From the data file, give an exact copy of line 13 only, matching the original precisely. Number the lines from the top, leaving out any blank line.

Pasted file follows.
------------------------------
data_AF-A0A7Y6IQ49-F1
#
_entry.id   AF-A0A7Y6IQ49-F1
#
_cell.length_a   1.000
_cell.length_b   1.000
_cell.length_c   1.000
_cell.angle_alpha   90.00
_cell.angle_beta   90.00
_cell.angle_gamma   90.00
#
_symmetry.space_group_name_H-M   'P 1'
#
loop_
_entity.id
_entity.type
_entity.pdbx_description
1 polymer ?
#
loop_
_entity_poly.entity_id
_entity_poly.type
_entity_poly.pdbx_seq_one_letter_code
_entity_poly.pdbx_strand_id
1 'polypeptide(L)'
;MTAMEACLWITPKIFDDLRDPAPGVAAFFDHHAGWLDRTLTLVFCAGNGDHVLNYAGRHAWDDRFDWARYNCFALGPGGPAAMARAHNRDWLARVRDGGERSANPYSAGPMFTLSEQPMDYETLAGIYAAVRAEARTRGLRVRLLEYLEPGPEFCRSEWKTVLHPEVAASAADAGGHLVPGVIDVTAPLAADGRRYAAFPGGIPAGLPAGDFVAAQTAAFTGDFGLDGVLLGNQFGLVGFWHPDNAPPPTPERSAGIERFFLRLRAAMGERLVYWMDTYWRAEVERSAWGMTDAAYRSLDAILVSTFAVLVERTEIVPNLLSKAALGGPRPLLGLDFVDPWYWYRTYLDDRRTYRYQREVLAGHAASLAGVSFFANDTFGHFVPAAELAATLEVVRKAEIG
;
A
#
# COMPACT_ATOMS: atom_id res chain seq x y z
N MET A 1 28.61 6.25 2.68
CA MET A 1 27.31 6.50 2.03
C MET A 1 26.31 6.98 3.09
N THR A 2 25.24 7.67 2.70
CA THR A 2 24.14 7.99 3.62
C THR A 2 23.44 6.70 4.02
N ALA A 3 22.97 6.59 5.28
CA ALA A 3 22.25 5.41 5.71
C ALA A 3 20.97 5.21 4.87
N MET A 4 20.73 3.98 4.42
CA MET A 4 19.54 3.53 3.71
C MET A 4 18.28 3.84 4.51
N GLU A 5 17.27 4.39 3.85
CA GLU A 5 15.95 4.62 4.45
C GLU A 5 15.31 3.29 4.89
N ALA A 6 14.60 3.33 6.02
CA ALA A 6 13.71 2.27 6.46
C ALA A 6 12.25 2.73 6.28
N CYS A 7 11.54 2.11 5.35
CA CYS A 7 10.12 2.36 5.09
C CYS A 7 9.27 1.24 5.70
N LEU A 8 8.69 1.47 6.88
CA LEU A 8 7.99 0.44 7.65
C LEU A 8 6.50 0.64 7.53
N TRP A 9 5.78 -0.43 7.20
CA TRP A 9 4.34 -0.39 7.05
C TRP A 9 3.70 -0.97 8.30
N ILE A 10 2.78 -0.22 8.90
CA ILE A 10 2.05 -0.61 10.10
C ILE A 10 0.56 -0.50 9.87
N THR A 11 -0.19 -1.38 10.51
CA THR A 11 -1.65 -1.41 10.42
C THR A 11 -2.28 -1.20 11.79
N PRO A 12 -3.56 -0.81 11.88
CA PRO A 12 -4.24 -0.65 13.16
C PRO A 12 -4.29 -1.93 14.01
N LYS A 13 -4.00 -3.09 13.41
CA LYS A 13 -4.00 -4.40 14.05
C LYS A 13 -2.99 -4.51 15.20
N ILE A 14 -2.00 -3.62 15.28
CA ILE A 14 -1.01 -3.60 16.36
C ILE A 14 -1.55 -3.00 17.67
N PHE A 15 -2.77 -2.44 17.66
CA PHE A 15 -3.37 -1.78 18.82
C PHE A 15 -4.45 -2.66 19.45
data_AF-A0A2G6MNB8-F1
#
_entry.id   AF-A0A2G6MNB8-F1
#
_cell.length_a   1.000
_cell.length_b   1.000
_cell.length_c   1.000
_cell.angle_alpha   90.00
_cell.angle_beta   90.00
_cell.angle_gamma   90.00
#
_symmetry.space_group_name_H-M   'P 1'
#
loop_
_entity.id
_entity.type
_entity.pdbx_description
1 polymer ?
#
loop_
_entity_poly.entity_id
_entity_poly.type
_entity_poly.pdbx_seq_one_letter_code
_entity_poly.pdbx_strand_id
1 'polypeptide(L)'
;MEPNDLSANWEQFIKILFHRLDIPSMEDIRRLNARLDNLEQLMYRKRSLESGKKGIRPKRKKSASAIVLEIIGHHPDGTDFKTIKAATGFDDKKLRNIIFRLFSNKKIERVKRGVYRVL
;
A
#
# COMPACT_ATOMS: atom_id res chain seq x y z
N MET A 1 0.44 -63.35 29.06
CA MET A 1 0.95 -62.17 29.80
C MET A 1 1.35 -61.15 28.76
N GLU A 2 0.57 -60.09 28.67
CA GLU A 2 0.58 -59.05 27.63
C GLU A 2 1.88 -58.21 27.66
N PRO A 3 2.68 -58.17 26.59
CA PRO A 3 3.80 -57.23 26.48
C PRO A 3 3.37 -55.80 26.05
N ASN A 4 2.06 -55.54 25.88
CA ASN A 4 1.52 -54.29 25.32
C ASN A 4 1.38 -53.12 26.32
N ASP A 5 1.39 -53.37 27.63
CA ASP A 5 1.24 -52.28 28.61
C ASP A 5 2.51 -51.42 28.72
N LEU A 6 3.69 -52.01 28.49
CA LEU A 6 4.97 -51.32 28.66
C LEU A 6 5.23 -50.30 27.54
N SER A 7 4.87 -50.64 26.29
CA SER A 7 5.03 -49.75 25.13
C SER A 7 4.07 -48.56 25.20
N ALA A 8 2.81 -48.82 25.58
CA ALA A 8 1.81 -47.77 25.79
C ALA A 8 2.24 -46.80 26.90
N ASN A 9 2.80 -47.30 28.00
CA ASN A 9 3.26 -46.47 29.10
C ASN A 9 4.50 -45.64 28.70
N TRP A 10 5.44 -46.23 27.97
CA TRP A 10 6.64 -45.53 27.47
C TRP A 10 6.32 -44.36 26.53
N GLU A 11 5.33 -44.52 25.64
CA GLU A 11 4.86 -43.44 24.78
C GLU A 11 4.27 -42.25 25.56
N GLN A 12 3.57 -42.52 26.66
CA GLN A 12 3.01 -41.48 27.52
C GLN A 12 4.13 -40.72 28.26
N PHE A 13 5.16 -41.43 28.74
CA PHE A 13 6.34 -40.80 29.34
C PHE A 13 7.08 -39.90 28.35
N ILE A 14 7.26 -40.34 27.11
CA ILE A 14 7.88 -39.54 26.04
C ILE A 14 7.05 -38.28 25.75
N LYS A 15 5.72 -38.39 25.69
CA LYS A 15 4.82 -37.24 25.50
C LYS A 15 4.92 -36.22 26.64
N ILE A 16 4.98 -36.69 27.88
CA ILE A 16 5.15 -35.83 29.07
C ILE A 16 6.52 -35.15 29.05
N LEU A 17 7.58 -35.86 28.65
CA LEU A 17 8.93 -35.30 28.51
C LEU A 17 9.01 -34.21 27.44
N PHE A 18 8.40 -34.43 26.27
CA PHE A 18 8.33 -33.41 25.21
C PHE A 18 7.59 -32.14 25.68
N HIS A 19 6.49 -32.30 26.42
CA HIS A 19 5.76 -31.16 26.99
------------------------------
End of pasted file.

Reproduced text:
#